Avipsa Roy and Kaitlin M.H. Winks win recognition
Avipsa Roy, assistant professor of urban planning and public policy, and Kaitlin M.H. Winks, Ph.D. candidate in psychological science, are this year’s recipients of the Dean’s Award for Inclusionary Excellence in Research.
Roy’s research examines access to healthcare during the COVID-19 pandemic. In her article, “A Multicriteria Decision Analysis Framework to Measure Equitable Healthcare Access during COVID-19,” published in the Journal of Transport and Health, she recommends interventions for vulnerable communities.
Vulnerable communities in Los Angeles were disproportionately affected by COVID-19, according to the Centers for Disease Control and Prevention. “The basic curiosity to understand why that was the case and explore which physical and socioeconomic factors contribute to high risk of infections among those disproportionately affected by the pandemic got me interested in carrying out this research,” Roy says.
She employs a sophisticated method for examining her central research question concerning the accessibility of neighborhoods to healthcare. Using quantitative methods, including spatial analyses, Roy’s work goes beyond noting there is variability across neighborhoods in terms of access and identifies critical barriers, including socio-economic and built environment factors, impeding access for residents of historically disadvantaged neighborhoods.
The framework developed from Roy’s study accounts for transportation and socioeconomic barriers to determine healthcare accessibility, which could be used by local authorities for resource planning and identifying potential areas of future outbreaks.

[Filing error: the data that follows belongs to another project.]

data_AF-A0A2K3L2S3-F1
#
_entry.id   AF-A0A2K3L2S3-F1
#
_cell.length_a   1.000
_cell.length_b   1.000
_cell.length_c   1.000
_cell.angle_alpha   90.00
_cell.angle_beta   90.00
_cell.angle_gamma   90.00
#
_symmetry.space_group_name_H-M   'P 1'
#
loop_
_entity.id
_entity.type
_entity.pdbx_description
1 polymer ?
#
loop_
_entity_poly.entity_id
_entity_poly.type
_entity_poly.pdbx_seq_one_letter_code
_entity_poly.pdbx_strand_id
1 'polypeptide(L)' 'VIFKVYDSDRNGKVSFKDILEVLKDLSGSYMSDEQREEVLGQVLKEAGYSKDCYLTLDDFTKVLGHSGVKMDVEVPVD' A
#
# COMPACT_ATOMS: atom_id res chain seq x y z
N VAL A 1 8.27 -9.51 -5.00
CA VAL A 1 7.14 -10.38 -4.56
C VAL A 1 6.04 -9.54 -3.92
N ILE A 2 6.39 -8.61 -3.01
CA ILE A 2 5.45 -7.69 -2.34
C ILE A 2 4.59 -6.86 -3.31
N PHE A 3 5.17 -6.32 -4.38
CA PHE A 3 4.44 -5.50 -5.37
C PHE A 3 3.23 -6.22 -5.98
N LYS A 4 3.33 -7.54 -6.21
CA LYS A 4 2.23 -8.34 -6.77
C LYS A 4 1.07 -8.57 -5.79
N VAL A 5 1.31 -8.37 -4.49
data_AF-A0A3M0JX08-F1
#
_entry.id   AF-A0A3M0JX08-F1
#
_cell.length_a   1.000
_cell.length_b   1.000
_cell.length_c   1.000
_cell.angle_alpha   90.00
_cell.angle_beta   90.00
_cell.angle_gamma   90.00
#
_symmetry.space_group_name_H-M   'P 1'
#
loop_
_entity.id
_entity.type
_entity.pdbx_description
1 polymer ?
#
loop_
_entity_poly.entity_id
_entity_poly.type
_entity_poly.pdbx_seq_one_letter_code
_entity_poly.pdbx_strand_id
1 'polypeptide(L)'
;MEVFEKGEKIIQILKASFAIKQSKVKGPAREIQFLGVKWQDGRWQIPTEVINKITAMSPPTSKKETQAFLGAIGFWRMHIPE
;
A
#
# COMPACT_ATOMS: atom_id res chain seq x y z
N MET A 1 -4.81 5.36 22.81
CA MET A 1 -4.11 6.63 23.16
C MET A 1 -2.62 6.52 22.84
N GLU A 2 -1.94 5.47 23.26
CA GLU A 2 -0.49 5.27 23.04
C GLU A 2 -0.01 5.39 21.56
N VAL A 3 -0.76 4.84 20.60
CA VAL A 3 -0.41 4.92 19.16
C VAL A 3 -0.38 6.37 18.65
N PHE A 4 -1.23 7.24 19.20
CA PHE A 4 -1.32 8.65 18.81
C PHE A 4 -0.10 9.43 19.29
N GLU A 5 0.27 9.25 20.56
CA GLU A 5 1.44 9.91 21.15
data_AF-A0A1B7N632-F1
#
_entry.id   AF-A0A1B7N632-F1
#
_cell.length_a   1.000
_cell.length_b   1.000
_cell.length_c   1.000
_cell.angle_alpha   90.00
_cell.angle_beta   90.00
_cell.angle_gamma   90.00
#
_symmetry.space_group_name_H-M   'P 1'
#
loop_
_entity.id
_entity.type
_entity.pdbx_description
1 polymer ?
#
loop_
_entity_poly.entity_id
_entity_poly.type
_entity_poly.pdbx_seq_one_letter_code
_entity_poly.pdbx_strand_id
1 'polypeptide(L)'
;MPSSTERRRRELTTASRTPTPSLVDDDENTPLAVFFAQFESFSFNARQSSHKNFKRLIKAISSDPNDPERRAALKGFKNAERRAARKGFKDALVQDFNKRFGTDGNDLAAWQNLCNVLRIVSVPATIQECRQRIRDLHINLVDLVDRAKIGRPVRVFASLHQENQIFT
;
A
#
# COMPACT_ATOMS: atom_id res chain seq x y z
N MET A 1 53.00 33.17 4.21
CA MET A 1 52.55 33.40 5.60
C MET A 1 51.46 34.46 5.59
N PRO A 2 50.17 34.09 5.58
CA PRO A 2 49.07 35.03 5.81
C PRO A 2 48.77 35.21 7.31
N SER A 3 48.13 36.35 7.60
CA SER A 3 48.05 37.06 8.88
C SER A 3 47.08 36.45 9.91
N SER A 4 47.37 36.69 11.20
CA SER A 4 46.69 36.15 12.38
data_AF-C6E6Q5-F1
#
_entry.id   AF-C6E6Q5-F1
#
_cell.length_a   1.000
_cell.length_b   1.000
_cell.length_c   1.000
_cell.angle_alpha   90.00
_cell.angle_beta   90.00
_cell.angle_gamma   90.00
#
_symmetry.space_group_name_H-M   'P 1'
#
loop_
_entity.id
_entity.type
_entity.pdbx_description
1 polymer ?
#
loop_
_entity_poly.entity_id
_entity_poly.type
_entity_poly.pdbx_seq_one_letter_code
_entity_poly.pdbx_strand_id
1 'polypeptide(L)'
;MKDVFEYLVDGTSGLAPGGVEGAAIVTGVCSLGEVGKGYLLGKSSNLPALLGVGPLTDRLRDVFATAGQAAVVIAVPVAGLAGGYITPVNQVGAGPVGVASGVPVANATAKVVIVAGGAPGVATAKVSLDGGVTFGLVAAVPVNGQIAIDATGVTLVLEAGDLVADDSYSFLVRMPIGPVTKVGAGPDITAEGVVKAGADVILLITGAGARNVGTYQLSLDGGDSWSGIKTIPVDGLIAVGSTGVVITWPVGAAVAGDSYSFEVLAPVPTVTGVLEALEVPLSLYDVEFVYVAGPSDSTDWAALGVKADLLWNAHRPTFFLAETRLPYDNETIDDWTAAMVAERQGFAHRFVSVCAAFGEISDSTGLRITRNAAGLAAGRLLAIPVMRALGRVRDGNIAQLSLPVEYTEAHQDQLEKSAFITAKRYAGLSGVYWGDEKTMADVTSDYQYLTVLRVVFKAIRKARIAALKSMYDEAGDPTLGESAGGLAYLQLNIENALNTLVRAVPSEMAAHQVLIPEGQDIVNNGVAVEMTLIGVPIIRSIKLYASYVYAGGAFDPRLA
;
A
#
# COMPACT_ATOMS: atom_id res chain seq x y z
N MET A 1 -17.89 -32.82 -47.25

Kaitlin M.H. Winks
Winks, who expects to complete her doctorate next year, is focused on the study of sex trafficking.
“My research is on understanding the roots and mitigating the consequences of violence, with a special focus on youth sex trafficking,” she notes. "I think studying youth sex trafficking is important because all youth should be given the opportunity to succeed (and not suffer) from their circumstances. It's easy to segue away from this topic because the reality of it is devastating. As the #metoo movement has shown us, there are circumstances outside a victim’s control that make them vulnerable to coercion or abuse. This is even more true for the youth I work with. For example, these youth often face risk factors, such as prior abuse and neglect histories, welfare system involvement, or removal from their home. This makes them highly vulnerable to perpetrators' coercion and the likelihood for trafficking to go undetected by others who have the power to intervene, such as first responders, school professionals, or even laypersons themselves."
Winks is focusing on strategies to reduce the consequences of violent behavior on vulnerable populations, including those who have suffered maltreatment or exposure to violence, and those growing up in a chronically stressful home environment. Her dissertation examines methods of enhancing identification of youth who have been victims of commercial sexual exploitation, or sex trafficking.
“If we can educate more people about what this crime is and how it truly looks, we will be better able to intervene earlier, prosecute their perpetrators, and make our communities safer for youth to thrive,” she says.
— Mimi Ko Cruz